Brené Brown, a researcher who studies vulnerability, courage, authenticity and shame, explained in her TED Talk, “There was only one variable that separated the people who have a strong sense of love and belonging and the people who really struggle for it. And that was, the people who have a strong sense of love and belonging believe they’re worthy of love and belonging. That’s it. They believe they’re worthy. … What they had in common was a sense of courage. And I want to separate courage and bravery for you for a minute. Courage, the original definition of courage, when it first came into the English language — it’s from the Latin word “cor,” meaning “heart” — and the original definition was to tell the story of who you are with your whole heart. And so these folks had, very simply, the courage to be imperfect. They had the compassion to be kind to themselves first and then to others, because, as it turns out, we can’t practice compassion with other people if we can’t treat ourselves kindly. And the last was they had connection, and — this was the hard part — as a result of authenticity, they were willing to let go of who they thought they should be in order to be who they were, which you have to absolutely do that for connection.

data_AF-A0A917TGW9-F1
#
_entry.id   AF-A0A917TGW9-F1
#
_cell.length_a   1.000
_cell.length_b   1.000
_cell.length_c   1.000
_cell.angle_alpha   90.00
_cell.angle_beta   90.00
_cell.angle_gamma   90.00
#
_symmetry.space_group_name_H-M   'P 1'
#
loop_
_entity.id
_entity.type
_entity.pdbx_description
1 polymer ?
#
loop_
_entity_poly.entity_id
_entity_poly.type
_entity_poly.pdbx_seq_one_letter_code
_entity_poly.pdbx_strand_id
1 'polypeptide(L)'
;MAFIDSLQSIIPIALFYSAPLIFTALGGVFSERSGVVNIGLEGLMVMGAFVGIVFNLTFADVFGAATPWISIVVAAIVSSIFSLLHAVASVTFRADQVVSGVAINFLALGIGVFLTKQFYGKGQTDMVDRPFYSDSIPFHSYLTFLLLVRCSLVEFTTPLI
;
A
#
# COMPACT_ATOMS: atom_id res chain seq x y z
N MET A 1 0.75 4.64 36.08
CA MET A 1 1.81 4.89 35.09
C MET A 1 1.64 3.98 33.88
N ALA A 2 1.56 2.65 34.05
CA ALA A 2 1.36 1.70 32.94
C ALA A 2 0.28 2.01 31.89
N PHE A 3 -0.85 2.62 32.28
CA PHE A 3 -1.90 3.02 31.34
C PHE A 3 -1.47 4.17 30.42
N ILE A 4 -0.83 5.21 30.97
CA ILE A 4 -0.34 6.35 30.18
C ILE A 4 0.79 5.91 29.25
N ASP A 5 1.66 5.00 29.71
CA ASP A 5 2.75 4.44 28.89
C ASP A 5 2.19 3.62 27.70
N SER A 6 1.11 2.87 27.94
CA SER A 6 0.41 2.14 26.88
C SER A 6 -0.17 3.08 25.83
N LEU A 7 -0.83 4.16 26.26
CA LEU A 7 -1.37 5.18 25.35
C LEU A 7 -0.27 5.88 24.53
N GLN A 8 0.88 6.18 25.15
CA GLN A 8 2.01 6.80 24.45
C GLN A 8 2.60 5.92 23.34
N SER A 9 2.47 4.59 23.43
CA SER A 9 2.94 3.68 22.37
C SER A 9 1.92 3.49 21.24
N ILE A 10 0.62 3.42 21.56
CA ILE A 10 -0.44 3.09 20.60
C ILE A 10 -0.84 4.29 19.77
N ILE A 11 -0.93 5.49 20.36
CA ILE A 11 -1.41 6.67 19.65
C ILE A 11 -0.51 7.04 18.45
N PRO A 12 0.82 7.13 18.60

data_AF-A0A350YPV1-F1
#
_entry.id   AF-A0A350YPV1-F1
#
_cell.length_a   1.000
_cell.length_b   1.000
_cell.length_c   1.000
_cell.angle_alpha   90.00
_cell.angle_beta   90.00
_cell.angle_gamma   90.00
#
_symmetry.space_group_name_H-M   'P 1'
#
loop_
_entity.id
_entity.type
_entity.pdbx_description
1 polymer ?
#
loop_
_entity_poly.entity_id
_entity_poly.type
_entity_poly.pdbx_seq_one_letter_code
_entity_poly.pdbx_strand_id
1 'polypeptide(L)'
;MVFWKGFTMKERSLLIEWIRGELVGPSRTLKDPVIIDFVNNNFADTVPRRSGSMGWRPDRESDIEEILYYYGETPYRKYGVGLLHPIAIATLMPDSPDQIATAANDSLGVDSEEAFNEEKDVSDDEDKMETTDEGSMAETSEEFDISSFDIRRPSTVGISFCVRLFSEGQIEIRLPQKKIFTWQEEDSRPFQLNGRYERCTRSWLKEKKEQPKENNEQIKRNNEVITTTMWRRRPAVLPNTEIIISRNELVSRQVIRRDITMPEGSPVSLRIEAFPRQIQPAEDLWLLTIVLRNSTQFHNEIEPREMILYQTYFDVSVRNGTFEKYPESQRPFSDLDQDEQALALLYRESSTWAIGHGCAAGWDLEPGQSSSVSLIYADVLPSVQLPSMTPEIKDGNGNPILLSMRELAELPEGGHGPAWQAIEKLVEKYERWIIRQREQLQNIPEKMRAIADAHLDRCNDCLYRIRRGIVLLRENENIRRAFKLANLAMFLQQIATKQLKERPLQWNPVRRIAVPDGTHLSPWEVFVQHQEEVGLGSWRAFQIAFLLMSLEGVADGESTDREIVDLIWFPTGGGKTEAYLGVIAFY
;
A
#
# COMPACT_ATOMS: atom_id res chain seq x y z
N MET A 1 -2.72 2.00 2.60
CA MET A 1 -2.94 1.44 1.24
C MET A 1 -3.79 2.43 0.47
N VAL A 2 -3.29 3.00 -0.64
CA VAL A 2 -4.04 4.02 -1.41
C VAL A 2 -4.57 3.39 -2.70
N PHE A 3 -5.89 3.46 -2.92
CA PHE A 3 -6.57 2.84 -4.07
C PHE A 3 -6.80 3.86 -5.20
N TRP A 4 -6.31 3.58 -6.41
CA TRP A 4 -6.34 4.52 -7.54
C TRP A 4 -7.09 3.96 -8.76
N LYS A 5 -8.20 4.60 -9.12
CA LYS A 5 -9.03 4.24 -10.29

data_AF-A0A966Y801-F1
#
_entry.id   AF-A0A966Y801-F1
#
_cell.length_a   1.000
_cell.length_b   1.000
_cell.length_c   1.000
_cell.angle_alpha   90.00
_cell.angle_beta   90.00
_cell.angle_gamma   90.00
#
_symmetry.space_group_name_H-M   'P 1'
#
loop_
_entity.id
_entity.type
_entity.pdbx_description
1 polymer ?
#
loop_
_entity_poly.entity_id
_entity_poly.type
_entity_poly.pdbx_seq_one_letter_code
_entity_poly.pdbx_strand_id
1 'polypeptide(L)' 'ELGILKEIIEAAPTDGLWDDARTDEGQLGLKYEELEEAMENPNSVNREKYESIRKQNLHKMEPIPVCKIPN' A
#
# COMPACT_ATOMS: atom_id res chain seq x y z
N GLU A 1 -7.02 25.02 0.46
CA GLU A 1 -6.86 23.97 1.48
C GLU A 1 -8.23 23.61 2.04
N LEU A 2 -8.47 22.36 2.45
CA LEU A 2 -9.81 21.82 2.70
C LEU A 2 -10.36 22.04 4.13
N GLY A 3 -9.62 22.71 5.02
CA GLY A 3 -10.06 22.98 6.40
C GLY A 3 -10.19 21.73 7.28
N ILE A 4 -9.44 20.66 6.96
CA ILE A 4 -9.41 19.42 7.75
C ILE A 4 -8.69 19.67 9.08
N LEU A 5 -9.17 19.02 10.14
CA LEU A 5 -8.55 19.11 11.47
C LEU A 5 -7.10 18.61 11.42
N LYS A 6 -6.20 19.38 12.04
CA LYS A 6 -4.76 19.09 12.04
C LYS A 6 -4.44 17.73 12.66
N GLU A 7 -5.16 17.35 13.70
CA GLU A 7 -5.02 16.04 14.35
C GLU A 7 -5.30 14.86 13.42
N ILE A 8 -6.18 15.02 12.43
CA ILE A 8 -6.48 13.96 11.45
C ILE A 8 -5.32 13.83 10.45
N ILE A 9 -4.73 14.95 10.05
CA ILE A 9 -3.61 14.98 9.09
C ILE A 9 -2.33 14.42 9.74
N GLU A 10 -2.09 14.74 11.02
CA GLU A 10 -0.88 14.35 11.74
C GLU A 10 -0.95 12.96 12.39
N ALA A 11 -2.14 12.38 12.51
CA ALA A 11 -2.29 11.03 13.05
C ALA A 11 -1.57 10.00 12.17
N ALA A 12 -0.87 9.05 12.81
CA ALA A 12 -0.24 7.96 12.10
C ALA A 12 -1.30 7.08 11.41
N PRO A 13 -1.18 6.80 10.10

So it all boils back down to connection – which is what I’ve been talking about this entire series. In last week’s newsletter I outlined several effective methods to make immediate changes in your ability to connect with your child. If you’d like to reflect on those, here is the link to Attachment and bonding – Do I belong here?